(4) Several commentors believed that the definition of the old beneficial use subcategory was too restrictive and was contrary to the water rights laws of many Western States. The Agency is renaming and modifying the definition of this subcategory and a discussion of these proposed changes can be found in Appendix A, “Discussion of Revisions.”
 (5) Many comments were received which stated that the definition of a “facility” which would be eligible for inclusion in the stripper subcategory (Subcategory F) was not clear. The definition has been clarified in a fashion consistent with most of the comments. A discussion of the Agency’s response to this comment is contained in Appendix A, “Discussion of Revisions.”
 Additionally, commentors suggested that the definition of the stripper subcategory be modified to include marginal gas wells. However, no data were presented which indicate that the economic impact of exclusion of gas wells from this subcategory warrants remedial action. All data indicate that marginal gas wells are few in number and that they produce limited amounts of effluent. Treatment of this effluent is neither technologically infeasible nor economically unreasonable. No basis exists under the relevant criteria of the Act for separate treatment of these wells. Should additional data become available relevant to classification of these gas wells, the Agency will reevaluate its position.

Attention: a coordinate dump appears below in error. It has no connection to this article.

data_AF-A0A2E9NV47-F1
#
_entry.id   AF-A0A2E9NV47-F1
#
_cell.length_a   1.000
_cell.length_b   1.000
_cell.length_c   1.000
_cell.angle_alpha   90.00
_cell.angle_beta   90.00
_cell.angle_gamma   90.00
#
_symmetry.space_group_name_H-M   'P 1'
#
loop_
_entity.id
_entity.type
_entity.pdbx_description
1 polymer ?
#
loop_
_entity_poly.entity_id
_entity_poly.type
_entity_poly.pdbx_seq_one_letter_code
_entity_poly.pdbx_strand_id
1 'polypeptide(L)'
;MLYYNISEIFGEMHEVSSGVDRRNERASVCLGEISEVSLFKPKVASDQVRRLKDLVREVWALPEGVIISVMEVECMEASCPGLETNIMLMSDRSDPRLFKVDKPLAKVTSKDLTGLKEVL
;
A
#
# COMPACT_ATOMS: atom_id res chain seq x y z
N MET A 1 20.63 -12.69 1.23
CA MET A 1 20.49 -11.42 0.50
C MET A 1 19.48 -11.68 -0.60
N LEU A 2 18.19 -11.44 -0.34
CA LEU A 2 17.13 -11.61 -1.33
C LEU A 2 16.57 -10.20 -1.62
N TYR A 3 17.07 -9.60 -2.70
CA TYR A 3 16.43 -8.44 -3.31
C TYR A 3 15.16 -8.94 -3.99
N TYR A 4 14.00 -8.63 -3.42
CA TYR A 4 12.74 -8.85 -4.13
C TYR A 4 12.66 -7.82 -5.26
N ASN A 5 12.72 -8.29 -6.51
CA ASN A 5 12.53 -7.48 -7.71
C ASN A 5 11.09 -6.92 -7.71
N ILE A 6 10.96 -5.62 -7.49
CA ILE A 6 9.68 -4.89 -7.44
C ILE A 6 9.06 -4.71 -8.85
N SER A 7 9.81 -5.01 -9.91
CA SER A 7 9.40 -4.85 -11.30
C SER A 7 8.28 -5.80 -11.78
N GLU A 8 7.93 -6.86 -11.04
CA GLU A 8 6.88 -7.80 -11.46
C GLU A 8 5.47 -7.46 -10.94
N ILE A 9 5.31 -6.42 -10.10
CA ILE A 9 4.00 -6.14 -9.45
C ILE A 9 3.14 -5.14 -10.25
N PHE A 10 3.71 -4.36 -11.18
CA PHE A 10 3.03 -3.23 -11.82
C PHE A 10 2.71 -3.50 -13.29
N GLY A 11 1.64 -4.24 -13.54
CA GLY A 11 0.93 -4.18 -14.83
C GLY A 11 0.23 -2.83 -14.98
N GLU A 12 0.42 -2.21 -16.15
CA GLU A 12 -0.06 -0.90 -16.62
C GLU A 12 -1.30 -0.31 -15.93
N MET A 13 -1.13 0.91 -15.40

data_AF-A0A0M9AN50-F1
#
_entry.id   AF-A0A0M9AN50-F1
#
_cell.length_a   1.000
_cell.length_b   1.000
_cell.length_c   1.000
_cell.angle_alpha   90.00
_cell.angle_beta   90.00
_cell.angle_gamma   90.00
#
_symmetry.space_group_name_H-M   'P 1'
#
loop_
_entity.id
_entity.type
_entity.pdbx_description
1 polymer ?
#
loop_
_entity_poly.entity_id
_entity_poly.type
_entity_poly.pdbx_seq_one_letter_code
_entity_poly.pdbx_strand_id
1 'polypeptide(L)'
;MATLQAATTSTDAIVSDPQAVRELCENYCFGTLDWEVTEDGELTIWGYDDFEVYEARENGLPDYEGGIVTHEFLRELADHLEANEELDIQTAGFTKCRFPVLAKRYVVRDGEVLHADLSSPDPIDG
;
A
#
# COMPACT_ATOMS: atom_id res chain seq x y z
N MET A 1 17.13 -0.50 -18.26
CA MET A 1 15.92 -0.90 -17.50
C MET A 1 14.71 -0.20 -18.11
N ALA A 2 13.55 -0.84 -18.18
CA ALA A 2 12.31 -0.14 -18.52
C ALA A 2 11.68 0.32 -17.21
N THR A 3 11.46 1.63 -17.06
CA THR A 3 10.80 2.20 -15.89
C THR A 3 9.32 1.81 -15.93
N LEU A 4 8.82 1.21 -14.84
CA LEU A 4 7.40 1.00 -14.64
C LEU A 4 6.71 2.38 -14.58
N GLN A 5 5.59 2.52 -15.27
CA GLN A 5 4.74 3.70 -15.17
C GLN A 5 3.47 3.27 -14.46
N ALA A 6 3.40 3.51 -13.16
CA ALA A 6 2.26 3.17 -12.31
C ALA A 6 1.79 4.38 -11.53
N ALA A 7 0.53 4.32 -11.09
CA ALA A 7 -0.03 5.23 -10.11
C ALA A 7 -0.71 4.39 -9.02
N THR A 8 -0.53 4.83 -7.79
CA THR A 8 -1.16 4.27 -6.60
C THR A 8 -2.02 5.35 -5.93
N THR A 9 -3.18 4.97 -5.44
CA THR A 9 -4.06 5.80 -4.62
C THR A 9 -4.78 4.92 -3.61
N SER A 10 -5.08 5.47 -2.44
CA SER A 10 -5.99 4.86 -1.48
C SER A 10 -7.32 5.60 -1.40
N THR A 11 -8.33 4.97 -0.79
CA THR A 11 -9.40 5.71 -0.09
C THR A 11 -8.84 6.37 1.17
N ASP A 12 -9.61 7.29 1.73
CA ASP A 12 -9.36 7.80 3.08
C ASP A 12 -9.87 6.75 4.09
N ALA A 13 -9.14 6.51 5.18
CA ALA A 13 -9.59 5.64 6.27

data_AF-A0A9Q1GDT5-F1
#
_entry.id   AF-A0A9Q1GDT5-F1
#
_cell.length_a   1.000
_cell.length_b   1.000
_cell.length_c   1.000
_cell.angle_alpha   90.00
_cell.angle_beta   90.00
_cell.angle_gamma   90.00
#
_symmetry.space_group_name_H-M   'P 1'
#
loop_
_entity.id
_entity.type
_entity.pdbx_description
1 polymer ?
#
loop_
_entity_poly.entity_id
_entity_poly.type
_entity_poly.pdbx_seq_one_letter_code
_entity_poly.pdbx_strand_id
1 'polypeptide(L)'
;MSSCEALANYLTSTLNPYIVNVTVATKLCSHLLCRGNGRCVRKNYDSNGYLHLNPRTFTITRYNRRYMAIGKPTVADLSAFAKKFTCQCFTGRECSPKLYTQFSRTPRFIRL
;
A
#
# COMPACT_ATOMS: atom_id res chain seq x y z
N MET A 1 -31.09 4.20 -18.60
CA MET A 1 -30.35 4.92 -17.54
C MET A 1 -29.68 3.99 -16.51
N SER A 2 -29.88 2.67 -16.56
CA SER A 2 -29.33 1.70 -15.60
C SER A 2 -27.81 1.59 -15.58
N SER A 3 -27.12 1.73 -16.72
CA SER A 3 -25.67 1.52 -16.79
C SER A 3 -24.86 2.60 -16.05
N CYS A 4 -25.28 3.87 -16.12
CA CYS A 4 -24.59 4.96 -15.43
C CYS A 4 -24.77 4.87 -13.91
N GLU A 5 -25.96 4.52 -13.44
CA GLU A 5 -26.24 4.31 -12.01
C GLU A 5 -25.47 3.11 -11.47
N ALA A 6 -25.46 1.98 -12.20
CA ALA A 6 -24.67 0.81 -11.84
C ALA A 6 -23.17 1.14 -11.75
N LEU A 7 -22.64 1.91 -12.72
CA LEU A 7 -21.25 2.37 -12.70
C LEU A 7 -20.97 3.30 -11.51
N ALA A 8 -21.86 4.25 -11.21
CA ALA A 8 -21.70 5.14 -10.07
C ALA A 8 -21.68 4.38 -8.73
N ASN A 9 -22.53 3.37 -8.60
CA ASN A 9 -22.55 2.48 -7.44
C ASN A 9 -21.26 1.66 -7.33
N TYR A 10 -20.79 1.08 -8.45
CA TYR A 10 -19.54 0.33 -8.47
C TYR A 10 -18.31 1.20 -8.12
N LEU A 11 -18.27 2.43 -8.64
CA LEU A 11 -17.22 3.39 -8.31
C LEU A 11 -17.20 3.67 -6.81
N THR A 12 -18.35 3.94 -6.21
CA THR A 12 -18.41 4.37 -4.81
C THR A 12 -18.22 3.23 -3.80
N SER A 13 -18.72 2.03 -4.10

(6) Oil and grease limitations for produced water in the offshore and coastal subcategories are expressed as two limitations — a daily maximum concentration and a monthly average limitation. Many commentors argued that the monthly average limitation is not necessary since it is based upon the same statistical analysis as is the daily maximum.
 However, statistical analysis of data for individual facilities shows that many facilities are able to meet the daily maximum limitations while operating at a higher long term average concentration of oil and grease than that achieved by best practicable control technology currently available. The addition of a longer term average than a daily average decreases the chance that a facility can operate above a long term average achievable at BPT and still consistently remain below the effluent limitations. For this reason, the Agency believes that, where practicable, the inclusion of a longer term average, such as a monthly average, will insure better compliance with the effluent discharges which the Agency believes can be met with best practicable control technology currently available. If monitoring frequencies are established in individual permits which are different than the weekly